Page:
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Award-winning author Stephanie Kuehn's second novel, COMPLICIT, keeps readers guessing about what --- and whom --- to believe, right up to the final page.

Stephanie Kuehn's debut novel CHARM & STRANGE has received a number of critical accolades, including the 2014 Morris Award presented by the American Library Association for the best debut novel written for a young adult audience. Since publication of her incredibly intense debut, people have been wondering what the talented Kuehn would do next. Now we have the answer: a complex, artfully ambiguous novel that explores the tortured grip the past can have on the present.

Jamie Henry and his older sister Cate had a pretty rocky childhood; their single mother died when she was shot accidentally --- or murdered— putting an end to the kids' unstable home life. But what happened next seems to be about as good as it gets --- instead of being placed in separate foster homes, the two kids are adopted by a wealthy couple who have recently lost their own school-aged children in a car accident. Cate immediately responds positively to this new environment of affection and privilege, but Jamie has a more difficult time coping. He becomes seriously withdrawn, pulls hair out of her eyebrows and loses whole chunks of his memory. Only when he starts seeing a therapist and taking antidepressants is he able to function and even thrive in his new environment.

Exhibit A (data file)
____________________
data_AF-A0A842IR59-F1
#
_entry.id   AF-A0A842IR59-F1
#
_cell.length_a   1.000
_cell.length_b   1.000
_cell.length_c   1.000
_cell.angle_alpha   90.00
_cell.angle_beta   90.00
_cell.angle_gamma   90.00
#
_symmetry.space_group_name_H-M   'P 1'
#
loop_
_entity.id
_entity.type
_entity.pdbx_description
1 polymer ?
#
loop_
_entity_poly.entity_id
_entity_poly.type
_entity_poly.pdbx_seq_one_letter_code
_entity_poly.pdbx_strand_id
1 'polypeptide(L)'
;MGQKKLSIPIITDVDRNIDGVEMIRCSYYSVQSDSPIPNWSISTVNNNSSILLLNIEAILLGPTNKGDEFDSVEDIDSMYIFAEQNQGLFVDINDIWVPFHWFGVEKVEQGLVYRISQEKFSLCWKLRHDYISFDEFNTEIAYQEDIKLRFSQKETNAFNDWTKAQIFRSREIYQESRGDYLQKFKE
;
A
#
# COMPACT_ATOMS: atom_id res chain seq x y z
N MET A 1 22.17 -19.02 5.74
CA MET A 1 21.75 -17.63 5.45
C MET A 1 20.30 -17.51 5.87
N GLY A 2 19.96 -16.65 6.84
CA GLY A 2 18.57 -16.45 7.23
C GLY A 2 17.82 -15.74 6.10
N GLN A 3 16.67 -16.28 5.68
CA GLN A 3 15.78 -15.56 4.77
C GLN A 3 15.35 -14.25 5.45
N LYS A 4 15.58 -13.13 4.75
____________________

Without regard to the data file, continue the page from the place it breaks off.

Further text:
those who enjoy ambiguity, narrative and moral complexity and discussion-worthy endings will have plenty to mull over in Kuehn's latest.

As the siblings reach adolescence, however, Cate becomes the troubled one: dressing provocatively, drinking and taking drugs and possibly hypnotizing other girls to humiliate them. She even commits a crime so terrible that it lands her in juvenile detention. Jamie blames Cate's behavior for a lot of his lingering problems, not to mention the loss of his best friend, who just can't feel the same about him after what Cate did.

But now it's two years later, and Cate is about to get out of detention. Jamie dreads her return, dreads the kind of hold she has on him and the power she has to make his life miserable. He has a new girlfriend, one who doesn't know all about his family's crazy history, and he'd like to keep it that way. But as Cate gets closer, Jamie begins to regress into the same kinds of troubling behavior --- patchy eyebrows, numb hands, missing memories --- that plagued him when he was much younger. What is bringing about these troublesome developments? And should Jamie be more scared of Cate --- or of himself?

COMPLICIT is one of those novels that will keep readers scratching their heads as they try to figure out what --- and whom --- to believe. Jamie, who narrates the novel, begins to question his sanity and the reliability of his memory, and his disorientation and confusion is artfully mirrored in the reader's own. Readers who want a tidy ending might want to look elsewhere, but those who enjoy ambiguity, narrative and moral complexity and discussion-worthy endings will have plenty to mull over in Kuehn's latest.

Reviewed by Norah Piehl on June 25, 2014

by Stephanie Kuehn

  • Publication Date: March 15, 2016
  • Genres: Psychological Thriller
  • Paperback: 256 pages
  • Publisher: St. Martin's Griffin
  • ISBN-10: 125004460X
  • ISBN-13: 9781250044600